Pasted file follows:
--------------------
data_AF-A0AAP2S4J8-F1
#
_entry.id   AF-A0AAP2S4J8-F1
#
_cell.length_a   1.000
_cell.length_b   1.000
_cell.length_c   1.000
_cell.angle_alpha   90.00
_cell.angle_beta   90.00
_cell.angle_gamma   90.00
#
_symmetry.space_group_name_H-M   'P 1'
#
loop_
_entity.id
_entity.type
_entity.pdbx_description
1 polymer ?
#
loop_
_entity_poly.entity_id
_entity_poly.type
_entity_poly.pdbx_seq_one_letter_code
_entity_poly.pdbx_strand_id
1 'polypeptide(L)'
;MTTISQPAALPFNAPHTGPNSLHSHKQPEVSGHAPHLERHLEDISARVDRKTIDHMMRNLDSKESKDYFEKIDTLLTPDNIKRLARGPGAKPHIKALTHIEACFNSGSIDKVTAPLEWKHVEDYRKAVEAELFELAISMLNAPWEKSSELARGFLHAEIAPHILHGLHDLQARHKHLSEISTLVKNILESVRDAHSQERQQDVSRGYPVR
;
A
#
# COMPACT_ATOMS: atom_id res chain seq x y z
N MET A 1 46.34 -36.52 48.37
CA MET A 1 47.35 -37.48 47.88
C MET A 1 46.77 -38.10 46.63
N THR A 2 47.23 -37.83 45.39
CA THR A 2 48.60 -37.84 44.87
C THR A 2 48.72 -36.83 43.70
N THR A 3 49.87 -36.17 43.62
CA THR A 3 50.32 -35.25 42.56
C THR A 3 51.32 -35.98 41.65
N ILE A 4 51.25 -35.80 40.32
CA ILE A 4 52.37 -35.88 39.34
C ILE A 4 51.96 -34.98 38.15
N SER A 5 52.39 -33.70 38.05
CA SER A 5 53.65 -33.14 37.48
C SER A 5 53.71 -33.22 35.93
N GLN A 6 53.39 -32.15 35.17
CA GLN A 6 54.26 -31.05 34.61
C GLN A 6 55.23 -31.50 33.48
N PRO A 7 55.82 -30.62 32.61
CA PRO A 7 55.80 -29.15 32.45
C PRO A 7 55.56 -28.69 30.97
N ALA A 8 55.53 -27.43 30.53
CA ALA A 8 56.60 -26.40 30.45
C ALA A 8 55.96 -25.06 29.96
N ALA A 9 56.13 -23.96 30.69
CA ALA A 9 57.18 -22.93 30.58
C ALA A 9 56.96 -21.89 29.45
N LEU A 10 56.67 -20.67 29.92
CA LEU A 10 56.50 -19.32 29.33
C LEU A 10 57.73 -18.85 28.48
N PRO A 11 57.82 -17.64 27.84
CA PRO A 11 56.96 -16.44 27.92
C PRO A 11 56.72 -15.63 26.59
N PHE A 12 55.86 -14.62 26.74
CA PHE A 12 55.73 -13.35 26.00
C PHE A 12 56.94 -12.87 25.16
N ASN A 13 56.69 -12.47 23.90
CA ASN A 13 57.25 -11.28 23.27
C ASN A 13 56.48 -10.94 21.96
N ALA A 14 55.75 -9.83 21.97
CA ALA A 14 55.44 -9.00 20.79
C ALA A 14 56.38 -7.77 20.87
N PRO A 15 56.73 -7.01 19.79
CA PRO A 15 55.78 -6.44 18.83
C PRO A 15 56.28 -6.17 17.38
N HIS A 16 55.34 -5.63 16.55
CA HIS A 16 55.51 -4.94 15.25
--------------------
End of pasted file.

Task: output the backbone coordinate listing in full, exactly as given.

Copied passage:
data_AF-A0AAP2S4J8-F1
#
_entry.id   AF-A0AAP2S4J8-F1
#
_cell.length_a   1.000
_cell.length_b   1.000
_cell.length_c   1.000
_cell.angle_alpha   90.00
_cell.angle_beta   90.00
_cell.angle_gamma   90.00
#
_symmetry.space_group_name_H-M   'P 1'
#
loop_
_entity.id
_entity.type
_entity.pdbx_description
1 polymer ?
#
loop_
_entity_poly.entity_id
_entity_poly.type
_entity_poly.pdbx_seq_one_letter_code
_entity_poly.pdbx_strand_id
1 'polypeptide(L)'
;MTTISQPAALPFNAPHTGPNSLHSHKQPEVSGHAPHLERHLEDISARVDRKTIDHMMRNLDSKESKDYFEKIDTLLTPDNIKRLARGPGAKPHIKALTHIEACFNSGSIDKVTAPLEWKHVEDYRKAVEAELFELAISMLNAPWEKSSELARGFLHAEIAPHILHGLHDLQARHKHLSEISTLVKNILESVRDAHSQERQQDVSRGYPVR
;
A
#
# COMPACT_ATOMS: atom_id res chain seq x y z
N MET A 1 46.34 -36.52 48.37
CA MET A 1 47.35 -37.48 47.88
C MET A 1 46.77 -38.10 46.63
N THR A 2 47.23 -37.83 45.39
CA THR A 2 48.60 -37.84 44.87
C THR A 2 48.72 -36.83 43.70
N THR A 3 49.87 -36.17 43.62
CA THR A 3 50.32 -35.25 42.56
C THR A 3 51.32 -35.98 41.65
N ILE A 4 51.25 -35.80 40.32
CA ILE A 4 52.37 -35.88 39.34
C ILE A 4 51.96 -34.98 38.15
N SER A 5 52.39 -33.70 38.05
CA SER A 5 53.65 -33.14 37.48
C SER A 5 53.71 -33.22 35.93
N GLN A 6 53.39 -32.15 35.17
CA GLN A 6 54.26 -31.05 34.61
C GLN A 6 55.23 -31.50 33.48
N PRO A 7 55.82 -30.62 32.61
CA PRO A 7 55.80 -29.15 32.45
C PRO A 7 55.56 -28.69 30.97
N ALA A 8 55.53 -27.43 30.53
CA ALA A 8 56.60 -26.40 30.45
C ALA A 8 55.96 -25.06 29.96
N ALA A 9 56.13 -23.96 30.69
CA ALA A 9 57.18 -22.93 30.58
C ALA A 9 56.96 -21.89 29.45
N LEU A 10 56.67 -20.67 29.92
CA LEU A 10 56.50 -19.32 29.33
C LEU A 10 57.73 -18.85 28.48
N PRO A 11 57.82 -17.64 27.84
CA PRO A 11 56.96 -16.44 27.92
C PRO A 11 56.72 -15.63 26.59
N PHE A 12 55.86 -14.62 26.74
CA PHE A 12 55.73 -13.35 26.00
C PHE A 12 56.94 -12.87 25.16
N ASN A 13 56.69 -12.47 23.90
CA ASN A 13 57.25 -11.28 23.27
C ASN A 13 56.48 -10.94 21.96
N ALA A 14 55.75 -9.83 21.97
CA ALA A 14 55.44 -9.00 20.79
C ALA A 14 56.38 -7.77 20.87
N PRO A 15 56.73 -7.01 19.79
CA PRO A 15 55.78 -6.44 18.83
C PRO A 15 56.28 -6.17 17.38
N HIS A 16 55.34 -5.63 16.55
CA HIS A 16 55.51 -4.94 15.25